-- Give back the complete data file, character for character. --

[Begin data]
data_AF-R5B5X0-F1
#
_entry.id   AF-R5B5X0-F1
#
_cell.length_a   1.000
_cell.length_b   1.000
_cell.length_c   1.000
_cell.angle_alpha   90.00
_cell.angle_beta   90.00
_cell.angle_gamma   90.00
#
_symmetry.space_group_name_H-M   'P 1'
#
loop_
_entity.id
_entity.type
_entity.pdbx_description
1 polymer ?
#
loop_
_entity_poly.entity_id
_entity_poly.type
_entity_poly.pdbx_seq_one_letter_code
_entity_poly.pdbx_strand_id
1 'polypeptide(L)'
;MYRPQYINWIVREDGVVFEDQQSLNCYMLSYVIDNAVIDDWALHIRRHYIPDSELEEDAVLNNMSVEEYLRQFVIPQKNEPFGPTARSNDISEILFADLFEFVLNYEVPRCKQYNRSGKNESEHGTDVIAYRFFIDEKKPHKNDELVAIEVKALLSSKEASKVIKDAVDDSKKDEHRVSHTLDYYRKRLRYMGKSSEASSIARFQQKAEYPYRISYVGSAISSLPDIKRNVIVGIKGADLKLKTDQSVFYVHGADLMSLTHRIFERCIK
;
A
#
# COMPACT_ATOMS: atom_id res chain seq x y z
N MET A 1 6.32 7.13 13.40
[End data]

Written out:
data_AF-R5B5X0-F1
#
_entry.id   AF-R5B5X0-F1
#
_cell.length_a   1.000
_cell.length_b   1.000
_cell.length_c   1.000
_cell.angle_alpha   90.00
_cell.angle_beta   90.00
_cell.angle_gamma   90.00
#
_symmetry.space_group_name_H-M   'P 1'
#
loop_
_entity.id
_entity.type
_entity.pdbx_description
1 polymer ?
#
loop_
_entity_poly.entity_id
_entity_poly.type
_entity_poly.pdbx_seq_one_letter_code
_entity_poly.pdbx_strand_id
1 'polypeptide(L)'
;MYRPQYINWIVREDGVVFEDQQSLNCYMLSYVIDNAVIDDWALHIRRHYIPDSELEEDAVLNNMSVEEYLRQFVIPQKNEPFGPTARSNDISEILFADLFEFVLNYEVPRCKQYNRSGKNESEHGTDVIAYRFFIDEKKPHKNDELVAIEVKALLSSKEASKVIKDAVDDSKKDEHRVSHTLDYYRKRLRYMGKSSEASSIARFQQKAEYPYRISYVGSAISSLPDIKRNVIVGIKGADLKLKTDQSVFYVHGADLMSLTHRIFERCIK
;
A
#
# COMPACT_ATOMS: atom_id res chain seq x y z
N MET A 1 6.32 7.13 13.40